10/5/20 Power Five

1. Pope Says Free Market Policies Fail Society – In the Pope’s latest encyclical, Fratelli Tutti, (Brothers All) he “took direct aim at trickle-down economics, the theory favoured by conservatives that tax breaks and other incentives for big business and the wealthy eventually will benefit the rest of society through investment and job creation…He repeated calls for the abolition of nuclear weapons and the death penalty, positions which have been assailed by conservative Catholics, particularly in the United States.” Full text here.

2. Meet the Customer Service Reps For Disney and Airbnb Who Have to Pay to Talk to You – As more and more companies shed lower wage workers and hire contract companies to fulfill the same work, horror stories like this become more and more prevalent.

3. Let Me Explain This Amazingly Petulant Chess Drama To You – How often do you read Chess news? Not enough, I imagine. “Armenian chess grandmaster Tigran L. Petrosian took part in and won the Chess.com Pro Chess League Championships last week for the Armenia Eagles. Last Thursday, his team’s win was overturned and he was banned for life by both Chess.com and the Pro Chess League for as-yet “unspecified fair play regulations.”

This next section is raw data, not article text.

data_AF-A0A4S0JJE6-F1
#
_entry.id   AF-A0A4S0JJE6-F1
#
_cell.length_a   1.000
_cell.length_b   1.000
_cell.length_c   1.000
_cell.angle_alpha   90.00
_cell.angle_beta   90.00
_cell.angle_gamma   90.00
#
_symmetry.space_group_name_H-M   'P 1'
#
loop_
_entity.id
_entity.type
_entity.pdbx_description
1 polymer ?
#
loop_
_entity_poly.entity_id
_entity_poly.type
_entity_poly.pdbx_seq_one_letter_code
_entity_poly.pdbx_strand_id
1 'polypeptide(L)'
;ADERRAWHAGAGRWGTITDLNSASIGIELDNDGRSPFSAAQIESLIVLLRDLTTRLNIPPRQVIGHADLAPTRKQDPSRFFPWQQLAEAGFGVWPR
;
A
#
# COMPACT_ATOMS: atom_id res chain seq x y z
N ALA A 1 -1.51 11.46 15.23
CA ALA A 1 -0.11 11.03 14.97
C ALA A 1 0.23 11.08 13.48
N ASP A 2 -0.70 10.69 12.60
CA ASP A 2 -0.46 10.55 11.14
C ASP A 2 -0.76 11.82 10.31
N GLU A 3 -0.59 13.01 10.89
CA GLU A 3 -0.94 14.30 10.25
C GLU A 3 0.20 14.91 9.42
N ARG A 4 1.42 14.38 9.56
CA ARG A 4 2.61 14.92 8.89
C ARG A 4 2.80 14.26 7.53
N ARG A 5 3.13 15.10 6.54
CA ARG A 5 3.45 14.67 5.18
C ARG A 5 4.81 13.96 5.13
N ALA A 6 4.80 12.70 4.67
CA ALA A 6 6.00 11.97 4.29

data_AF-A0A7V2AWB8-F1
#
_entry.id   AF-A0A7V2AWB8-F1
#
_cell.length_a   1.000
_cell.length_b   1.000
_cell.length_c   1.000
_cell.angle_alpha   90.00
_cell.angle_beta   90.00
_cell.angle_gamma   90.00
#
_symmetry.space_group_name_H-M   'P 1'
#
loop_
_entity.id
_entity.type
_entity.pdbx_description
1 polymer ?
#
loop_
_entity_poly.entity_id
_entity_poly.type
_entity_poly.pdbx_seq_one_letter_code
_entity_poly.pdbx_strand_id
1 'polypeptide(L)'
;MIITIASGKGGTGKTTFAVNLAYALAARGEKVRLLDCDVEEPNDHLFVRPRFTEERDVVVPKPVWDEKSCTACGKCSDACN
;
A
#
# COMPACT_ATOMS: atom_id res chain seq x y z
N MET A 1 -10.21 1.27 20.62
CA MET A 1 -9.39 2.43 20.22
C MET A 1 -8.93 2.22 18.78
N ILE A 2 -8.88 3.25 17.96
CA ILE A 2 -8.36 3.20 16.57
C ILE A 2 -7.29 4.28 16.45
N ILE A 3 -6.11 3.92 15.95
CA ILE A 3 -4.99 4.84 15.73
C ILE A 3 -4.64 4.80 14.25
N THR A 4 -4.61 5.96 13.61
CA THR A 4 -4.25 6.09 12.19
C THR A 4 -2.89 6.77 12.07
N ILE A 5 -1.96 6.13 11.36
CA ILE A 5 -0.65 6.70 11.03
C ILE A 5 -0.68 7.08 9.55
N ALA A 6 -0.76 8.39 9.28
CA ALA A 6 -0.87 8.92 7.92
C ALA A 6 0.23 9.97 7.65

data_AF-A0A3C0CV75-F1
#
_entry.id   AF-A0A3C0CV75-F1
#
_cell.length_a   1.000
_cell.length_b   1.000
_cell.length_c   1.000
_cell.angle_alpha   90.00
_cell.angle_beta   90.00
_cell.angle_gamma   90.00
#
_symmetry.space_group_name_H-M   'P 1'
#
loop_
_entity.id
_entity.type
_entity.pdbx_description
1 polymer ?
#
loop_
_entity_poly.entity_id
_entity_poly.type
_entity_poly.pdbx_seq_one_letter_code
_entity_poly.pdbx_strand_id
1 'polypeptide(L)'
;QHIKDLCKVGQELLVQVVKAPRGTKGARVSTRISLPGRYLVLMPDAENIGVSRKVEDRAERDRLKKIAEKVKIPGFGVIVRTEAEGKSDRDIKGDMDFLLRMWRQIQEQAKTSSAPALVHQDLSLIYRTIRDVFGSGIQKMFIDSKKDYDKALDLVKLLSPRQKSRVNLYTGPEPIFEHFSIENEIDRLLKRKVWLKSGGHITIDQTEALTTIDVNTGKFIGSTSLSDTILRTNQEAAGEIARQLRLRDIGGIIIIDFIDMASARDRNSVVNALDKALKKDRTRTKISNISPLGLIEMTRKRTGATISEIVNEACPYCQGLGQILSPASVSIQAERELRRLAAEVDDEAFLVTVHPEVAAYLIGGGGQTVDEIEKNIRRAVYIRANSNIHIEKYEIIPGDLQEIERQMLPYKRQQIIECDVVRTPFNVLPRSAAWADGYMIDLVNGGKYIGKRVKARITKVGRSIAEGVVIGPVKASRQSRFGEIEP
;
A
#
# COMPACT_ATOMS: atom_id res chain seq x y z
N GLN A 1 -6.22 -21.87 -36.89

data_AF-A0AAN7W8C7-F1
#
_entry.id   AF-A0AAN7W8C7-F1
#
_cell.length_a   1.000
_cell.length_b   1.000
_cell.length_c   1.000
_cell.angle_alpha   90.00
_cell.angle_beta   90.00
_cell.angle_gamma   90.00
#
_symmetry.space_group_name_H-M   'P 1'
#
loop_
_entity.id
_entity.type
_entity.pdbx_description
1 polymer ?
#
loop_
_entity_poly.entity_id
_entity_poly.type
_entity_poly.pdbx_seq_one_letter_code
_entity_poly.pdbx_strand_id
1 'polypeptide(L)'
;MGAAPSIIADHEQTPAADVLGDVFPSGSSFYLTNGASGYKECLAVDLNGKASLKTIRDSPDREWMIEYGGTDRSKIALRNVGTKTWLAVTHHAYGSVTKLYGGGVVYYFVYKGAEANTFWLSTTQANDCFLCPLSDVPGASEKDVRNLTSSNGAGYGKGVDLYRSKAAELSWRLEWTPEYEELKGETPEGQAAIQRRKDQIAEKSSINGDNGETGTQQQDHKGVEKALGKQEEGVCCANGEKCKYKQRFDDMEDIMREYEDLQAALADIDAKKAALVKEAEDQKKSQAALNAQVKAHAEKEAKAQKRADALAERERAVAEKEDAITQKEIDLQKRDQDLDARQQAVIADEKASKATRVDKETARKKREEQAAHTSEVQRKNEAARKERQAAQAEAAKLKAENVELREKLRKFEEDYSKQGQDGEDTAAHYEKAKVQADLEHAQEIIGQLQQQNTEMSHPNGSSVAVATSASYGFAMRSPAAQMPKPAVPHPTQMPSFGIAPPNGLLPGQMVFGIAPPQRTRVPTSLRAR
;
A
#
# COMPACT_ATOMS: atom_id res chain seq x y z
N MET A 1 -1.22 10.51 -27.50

4. Chuck Feeney, Hero to Gates & Buffett – Billionaire founder of the duty free shops around the world, Feeney dissolved his foundation due to one small detail – there’s was nothing left to give away. From a net-worth of $8 billion to now $2 million, Feeney and his wife now live in a rented apartment in San Francisco while his philanthropy continues to inspire the billionaire class try to give away all their amassed wealth.

5. The Collectors Who Spend Thousands on Rare Hot Wheels – “In 2019, Hot Wheels brought in a record-high $926m in gross sales for Mattel. Every second, 16 cars roll off the production line — and since 1968, the company has released more than 6B cars in 20k different models. Mattel says there are some 15m “avid collectors” who average 1,550 cars each. Around 90% of these collectors go after the newer models, or “mainlines.” The remaining 10% — almost exclusively made up of men in their 50s and 60s — is focused on the lucrative “redline” cars produced between 1968 and 1977.”